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A Memorable Ramen Encounter


On a cold winter evening in Kyoto, I coincidentally found a minuscule ramen shop concealed in a tranquil rear entryway. Sitting at the counter, I watched the talented culinary specialist fastidiously... Read more

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Submitted by eat_the_immigrant_nyc
Homemade, but found in local markets every Wed and Sat

When I first heard about the isolated village of Chajul from a photo pasted on the wall of a building in my hotel, I did some research. This village, located in the most remote and poorest part of NW Guatemala, spoke one of the rarest languages in the world, called Ixtal. On top of that: this village was the only place that served the very rare indigenous Mayan dish called boxboles. Enough said - I was on my way!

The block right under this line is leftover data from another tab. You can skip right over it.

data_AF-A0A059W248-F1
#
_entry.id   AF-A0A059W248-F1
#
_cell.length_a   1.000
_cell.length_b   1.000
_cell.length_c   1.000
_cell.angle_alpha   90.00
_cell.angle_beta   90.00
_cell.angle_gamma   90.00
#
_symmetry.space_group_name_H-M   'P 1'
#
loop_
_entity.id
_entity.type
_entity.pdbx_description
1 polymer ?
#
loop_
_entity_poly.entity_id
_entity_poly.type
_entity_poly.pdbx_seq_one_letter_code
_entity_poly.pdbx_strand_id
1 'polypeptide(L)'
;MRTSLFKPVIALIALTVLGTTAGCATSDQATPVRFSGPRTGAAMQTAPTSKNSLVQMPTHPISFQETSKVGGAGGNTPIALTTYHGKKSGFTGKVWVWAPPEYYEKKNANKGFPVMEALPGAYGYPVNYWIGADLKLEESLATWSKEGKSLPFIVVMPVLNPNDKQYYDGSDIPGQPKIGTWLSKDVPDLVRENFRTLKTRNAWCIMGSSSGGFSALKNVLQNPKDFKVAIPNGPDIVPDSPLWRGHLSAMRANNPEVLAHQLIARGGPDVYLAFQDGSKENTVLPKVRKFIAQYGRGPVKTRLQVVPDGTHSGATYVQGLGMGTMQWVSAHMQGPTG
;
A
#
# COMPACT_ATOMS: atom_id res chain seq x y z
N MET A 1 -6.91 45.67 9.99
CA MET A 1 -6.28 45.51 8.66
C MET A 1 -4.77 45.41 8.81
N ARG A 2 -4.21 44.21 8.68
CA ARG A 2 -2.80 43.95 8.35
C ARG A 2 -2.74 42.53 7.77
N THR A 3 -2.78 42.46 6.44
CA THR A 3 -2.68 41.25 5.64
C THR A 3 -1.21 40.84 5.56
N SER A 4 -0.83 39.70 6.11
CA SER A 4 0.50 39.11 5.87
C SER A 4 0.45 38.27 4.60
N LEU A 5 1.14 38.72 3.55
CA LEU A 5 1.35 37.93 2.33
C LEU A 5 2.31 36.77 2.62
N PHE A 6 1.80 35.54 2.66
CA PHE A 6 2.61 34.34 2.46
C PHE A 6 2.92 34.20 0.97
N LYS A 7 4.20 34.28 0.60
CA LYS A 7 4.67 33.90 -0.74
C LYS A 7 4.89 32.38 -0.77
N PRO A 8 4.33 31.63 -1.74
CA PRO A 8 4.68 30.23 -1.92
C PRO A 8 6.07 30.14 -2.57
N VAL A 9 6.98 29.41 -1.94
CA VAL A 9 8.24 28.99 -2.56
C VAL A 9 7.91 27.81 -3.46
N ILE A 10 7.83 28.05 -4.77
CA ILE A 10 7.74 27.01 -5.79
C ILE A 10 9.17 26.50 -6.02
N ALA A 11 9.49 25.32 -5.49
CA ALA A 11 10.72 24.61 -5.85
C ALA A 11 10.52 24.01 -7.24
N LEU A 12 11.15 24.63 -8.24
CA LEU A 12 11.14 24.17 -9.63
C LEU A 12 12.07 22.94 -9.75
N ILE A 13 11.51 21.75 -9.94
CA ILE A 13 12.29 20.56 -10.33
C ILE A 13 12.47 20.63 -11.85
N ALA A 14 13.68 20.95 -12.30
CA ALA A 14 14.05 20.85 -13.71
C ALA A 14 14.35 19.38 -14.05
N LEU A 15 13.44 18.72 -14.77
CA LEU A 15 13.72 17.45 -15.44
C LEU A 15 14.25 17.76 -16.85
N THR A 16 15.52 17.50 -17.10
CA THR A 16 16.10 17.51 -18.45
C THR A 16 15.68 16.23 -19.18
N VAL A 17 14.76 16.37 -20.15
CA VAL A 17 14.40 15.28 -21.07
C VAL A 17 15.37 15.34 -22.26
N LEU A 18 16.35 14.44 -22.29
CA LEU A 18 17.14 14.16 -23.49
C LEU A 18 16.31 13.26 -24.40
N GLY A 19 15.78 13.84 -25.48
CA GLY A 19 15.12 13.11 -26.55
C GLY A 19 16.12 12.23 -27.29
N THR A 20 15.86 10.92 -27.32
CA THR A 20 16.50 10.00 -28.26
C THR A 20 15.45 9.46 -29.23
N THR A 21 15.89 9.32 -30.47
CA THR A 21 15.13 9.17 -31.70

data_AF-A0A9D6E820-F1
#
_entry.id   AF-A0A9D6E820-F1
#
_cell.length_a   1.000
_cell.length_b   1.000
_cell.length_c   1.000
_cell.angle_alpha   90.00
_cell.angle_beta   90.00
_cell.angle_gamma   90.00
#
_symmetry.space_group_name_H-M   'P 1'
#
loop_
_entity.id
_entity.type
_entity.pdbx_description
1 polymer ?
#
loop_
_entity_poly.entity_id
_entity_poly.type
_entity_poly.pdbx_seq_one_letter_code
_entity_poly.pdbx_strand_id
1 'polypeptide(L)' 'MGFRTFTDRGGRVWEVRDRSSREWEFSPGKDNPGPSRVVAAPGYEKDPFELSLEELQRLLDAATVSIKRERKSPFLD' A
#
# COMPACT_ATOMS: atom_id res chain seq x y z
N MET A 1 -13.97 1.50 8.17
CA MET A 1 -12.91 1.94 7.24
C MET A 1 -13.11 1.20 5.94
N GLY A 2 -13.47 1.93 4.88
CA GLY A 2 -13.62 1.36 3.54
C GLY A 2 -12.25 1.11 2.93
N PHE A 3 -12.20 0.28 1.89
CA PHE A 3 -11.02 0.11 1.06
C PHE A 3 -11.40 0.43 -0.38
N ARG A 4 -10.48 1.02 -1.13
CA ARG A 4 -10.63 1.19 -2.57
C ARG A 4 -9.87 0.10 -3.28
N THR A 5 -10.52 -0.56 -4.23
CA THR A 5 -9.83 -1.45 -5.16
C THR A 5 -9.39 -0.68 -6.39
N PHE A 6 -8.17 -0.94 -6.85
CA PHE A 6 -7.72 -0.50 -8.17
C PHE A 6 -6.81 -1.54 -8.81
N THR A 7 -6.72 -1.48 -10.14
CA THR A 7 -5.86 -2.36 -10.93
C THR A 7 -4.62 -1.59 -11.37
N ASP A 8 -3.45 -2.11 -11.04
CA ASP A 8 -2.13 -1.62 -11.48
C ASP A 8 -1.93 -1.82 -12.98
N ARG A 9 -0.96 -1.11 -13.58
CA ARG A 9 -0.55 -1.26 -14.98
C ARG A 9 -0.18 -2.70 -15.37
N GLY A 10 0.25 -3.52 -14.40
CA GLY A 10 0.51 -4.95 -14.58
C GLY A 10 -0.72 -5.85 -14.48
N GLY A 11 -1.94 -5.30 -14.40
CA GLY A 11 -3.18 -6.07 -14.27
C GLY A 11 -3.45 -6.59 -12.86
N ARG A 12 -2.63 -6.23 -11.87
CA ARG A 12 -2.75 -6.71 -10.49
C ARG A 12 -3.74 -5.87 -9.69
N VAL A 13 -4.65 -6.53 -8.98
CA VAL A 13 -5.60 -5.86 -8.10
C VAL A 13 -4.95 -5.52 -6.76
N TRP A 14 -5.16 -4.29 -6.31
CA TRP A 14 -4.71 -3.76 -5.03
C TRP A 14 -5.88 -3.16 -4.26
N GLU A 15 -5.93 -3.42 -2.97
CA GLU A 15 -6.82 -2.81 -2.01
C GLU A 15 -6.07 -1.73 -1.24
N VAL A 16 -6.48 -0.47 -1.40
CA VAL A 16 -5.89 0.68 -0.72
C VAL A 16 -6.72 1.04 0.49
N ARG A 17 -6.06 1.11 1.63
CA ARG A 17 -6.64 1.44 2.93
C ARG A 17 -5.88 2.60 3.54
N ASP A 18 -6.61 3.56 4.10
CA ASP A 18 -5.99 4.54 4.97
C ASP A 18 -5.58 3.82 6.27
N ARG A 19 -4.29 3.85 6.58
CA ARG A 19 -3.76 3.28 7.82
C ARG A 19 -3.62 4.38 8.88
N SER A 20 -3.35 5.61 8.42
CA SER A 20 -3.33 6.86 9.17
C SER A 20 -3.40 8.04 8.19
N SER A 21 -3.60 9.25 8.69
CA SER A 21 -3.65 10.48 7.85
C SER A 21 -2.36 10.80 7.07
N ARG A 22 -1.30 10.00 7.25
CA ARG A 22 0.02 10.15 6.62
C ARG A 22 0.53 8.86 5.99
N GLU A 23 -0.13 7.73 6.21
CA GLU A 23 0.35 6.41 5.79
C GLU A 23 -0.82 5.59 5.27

Boxboles are a traditional Mayan Guatemalan dish consisting of cornmeal that is flavored with spices, cheese, and sour cream, while almonds and chili peppers can also be included. The concoction is steamed inside and rolled in ayote leaves. After riding multiple chicken buses, shuttles, and walking solo in the rain up the mountainside, I finally made it to the isolated town of Chajul where I was served this magical dish.

Taste: Surprisingly, it was very, very spicy. The orange sauce on top is made purely from ground chili peppers but blended perfectly with the vegetables. The cornmeal inside the vegetables had a rough but delicious texture. It's traditionally served on select days of the week in the local market (Wednesday and Saturday mornings only), so make sure you keep that in mind if you ever choose to visit. Cheers to adventure and great food!


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